College Football's Getting A Playoff: Fans Around The Country React

So! College football's about to get itself a four-team playoff. This is great. At least the second or third biggest news in the sport's history, perhaps. The BCS says it's listening to the fans now, so how about we hear from those fans? Especially fans of teams uniquely affected by all of this? Let's check in with some of SB Nation's many fine college blogs.

First up, Boise State fans from One Bronco Nation Under God. While BSU still plans to head to the Big East even though it won't need automatic qualifier status any more (everybody knew that was going away in 2014 anyway), the sweetest news is this:

No longer does BSU need to get into the Top Two to have a chance at a national championship. Now, the top four will be good enough, and getting to the top four will be much easier when playing a Big East schedule devoid of New Mexicos and UNLVs.

We've got plenty of time to haggle over the details (or pretend like our haggling actually means anything to the hagglers) like where to play the games, but Penn State blog Black Shoe Diaries focuses on priorities:

I'd love to see Penn State host a Final Four game on the final Saturday in December, with driving snow and wind, and some poor southern team freezing their asses off. But, right now, that's not going to get this deal done. And now is not a time to let the perfect be the enemy of the good.

Independents Notre Dame and BYU also have choices ahead of them. While the Irish were represented at the BCS table and insist they'll come out just fine, the Cougars weren't. How will schools without conferences fare in a system that may prefer conference champs? BYU fans at Vanquish The Foe aren't quite sure, while Notre Dame blog One Foot Down ain't worried, offering up a revenue prediction:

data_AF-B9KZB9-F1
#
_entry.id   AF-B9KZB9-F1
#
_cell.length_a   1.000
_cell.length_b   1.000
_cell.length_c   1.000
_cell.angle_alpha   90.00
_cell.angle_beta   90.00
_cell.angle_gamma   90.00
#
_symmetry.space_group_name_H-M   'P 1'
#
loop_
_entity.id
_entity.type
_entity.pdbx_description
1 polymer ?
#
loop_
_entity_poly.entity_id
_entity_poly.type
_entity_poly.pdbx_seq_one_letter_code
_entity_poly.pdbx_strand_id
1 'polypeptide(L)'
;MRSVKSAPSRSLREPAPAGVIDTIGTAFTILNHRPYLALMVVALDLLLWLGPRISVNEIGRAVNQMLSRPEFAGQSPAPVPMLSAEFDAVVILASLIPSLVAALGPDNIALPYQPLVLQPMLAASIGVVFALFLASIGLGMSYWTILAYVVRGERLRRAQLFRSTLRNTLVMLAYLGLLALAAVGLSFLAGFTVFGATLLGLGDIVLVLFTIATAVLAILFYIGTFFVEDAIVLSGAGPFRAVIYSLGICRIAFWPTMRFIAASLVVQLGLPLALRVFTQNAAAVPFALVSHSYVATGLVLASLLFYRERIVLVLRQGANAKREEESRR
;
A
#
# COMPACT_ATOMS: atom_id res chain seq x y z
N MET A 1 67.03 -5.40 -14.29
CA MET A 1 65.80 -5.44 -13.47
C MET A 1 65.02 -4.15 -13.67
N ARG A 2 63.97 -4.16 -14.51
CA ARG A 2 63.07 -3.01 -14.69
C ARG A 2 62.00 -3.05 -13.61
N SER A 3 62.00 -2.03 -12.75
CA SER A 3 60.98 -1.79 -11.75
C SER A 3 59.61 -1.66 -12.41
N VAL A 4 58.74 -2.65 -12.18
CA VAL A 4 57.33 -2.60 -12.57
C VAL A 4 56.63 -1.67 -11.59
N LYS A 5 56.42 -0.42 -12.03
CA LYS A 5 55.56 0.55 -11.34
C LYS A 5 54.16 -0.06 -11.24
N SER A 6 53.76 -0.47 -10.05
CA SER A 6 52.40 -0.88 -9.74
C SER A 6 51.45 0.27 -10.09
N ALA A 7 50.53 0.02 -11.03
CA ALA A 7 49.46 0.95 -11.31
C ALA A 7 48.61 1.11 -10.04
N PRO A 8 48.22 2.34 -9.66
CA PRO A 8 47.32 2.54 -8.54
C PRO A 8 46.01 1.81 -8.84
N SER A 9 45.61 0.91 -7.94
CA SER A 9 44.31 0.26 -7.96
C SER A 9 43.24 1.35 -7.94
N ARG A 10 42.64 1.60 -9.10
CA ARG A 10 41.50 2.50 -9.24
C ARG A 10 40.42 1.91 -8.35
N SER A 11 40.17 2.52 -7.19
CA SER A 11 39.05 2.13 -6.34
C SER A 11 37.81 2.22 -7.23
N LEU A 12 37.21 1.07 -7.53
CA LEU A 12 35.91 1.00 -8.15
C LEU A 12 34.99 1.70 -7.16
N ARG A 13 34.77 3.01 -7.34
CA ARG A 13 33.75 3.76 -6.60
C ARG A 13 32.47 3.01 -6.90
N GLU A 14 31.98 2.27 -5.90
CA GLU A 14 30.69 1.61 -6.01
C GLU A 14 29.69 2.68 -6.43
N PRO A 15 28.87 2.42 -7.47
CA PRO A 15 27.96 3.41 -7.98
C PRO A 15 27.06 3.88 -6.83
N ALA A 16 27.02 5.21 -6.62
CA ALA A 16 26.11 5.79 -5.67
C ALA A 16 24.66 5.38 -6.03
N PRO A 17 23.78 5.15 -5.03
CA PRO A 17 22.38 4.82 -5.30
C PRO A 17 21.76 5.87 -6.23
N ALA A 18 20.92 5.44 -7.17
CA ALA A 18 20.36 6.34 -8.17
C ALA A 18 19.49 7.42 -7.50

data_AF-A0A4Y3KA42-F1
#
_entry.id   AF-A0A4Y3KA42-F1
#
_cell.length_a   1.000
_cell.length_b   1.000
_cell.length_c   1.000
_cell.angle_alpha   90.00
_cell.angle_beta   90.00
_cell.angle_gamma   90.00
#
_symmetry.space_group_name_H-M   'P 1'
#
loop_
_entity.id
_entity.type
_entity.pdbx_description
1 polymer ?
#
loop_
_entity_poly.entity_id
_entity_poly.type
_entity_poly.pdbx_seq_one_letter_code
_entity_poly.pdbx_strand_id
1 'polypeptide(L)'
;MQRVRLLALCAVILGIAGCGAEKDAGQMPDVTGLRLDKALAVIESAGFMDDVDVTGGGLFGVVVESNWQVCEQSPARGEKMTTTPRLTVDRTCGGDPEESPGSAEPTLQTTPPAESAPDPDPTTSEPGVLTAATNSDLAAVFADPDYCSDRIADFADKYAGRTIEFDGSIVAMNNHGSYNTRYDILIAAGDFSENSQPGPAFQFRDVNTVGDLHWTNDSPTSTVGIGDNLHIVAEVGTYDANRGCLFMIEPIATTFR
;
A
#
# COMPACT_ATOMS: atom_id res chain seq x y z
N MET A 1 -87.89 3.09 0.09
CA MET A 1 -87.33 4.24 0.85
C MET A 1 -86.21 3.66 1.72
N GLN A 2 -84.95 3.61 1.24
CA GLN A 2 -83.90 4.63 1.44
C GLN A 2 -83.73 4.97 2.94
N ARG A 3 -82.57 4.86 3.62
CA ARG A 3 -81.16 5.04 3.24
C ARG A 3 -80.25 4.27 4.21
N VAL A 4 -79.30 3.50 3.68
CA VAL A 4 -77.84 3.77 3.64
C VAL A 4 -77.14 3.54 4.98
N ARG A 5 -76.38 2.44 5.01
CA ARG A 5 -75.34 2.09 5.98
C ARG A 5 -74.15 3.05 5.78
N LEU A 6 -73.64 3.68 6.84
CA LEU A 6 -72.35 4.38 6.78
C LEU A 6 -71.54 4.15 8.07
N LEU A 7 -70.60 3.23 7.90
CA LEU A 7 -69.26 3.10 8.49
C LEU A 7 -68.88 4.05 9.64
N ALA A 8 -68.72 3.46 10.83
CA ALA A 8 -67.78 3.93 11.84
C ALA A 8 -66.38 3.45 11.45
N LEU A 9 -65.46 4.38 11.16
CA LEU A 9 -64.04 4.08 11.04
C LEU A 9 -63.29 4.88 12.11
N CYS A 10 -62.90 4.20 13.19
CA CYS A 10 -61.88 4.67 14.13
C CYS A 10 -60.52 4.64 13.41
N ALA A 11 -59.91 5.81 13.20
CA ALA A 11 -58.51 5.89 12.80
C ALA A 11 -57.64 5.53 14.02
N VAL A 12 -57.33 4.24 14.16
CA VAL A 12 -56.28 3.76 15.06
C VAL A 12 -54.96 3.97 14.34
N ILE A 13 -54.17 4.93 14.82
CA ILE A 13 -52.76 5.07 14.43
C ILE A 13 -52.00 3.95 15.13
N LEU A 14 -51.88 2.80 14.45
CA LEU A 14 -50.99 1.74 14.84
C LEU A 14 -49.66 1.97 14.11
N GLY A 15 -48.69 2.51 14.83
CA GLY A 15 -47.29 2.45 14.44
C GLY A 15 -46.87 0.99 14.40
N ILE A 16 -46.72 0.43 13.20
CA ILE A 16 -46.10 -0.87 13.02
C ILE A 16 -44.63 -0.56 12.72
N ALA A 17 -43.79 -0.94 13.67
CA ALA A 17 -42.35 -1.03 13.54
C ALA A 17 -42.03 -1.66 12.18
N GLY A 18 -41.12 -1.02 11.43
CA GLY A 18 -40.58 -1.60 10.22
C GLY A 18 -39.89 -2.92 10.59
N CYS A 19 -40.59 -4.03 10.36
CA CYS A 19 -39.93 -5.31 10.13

Notre Dame receives the equivalent to the payout for a Big Ten team under this agreement, calculated annually, and an equal opportunity to participate for the national championship and the other bowls. Notre Dame receives the same payouts as any top four or top fourteen teams for participation. The BCS receives access to five of the top ten TV markets, a huge fanbase and a non-compete clause.

Representatives from the party most responsible for all this (both on-field and off), SEC blog Team Speed Kills, see no necessary reason for the SEC's dominance to end:

In the "SEC golden era" that started in 2006, there have been three seasons (2006, 2008, 2011) in which the SEC would have taken up half the slots based on the last regular-season BCS rankings. That's half of the time, which might not be too annoying to fans of other conferences, but is probably going to get under the skin of guys like Jim Delany.

The fan base with good reason to hate the BCS more than anybody wants an even bigger playoff to ensure the little guys have a chance. Sayeth Utah fans at Block U:

The playoffs help produce a truer champion than what we've had. With four teams, instead of two, it's not hard to see why this is the case. However, it's hard to imagine any non-BCS team, outside an amazing multi-season run or extreme parity among other BCS teams, getting into this new playoff. Especially if it's based on a certain BCS formula. Only TCU in '08 '10 would have qualified for a spot in the postseason under the current BCS rules.

BC Interruption's Boston College fans agree, seeing as a top-four finish is unlikely for the Eagles, while even the Texas partisans at Barking Carnival favor a bigger field. Patience, fellas!

As for the fate of the bowls, Oregon State blog Building The Dam is confident it will still mean something when the Beavers make it next.

But let's get down to specifics! Every Day Should Be Saturday devises a plan that ... YEP we'll totally end up stuck with something just about this amazing:


IF finalist is Boise THEN rule is invalid SEE BOISE EXCLUSION RULE

IF omitted team on edge of four spot is TEXAS THEN place MACK BROWN in BATHYSPHERE and lower to BOTTOM OF MARIANAS TRENCH for silence initiation and isolation process.

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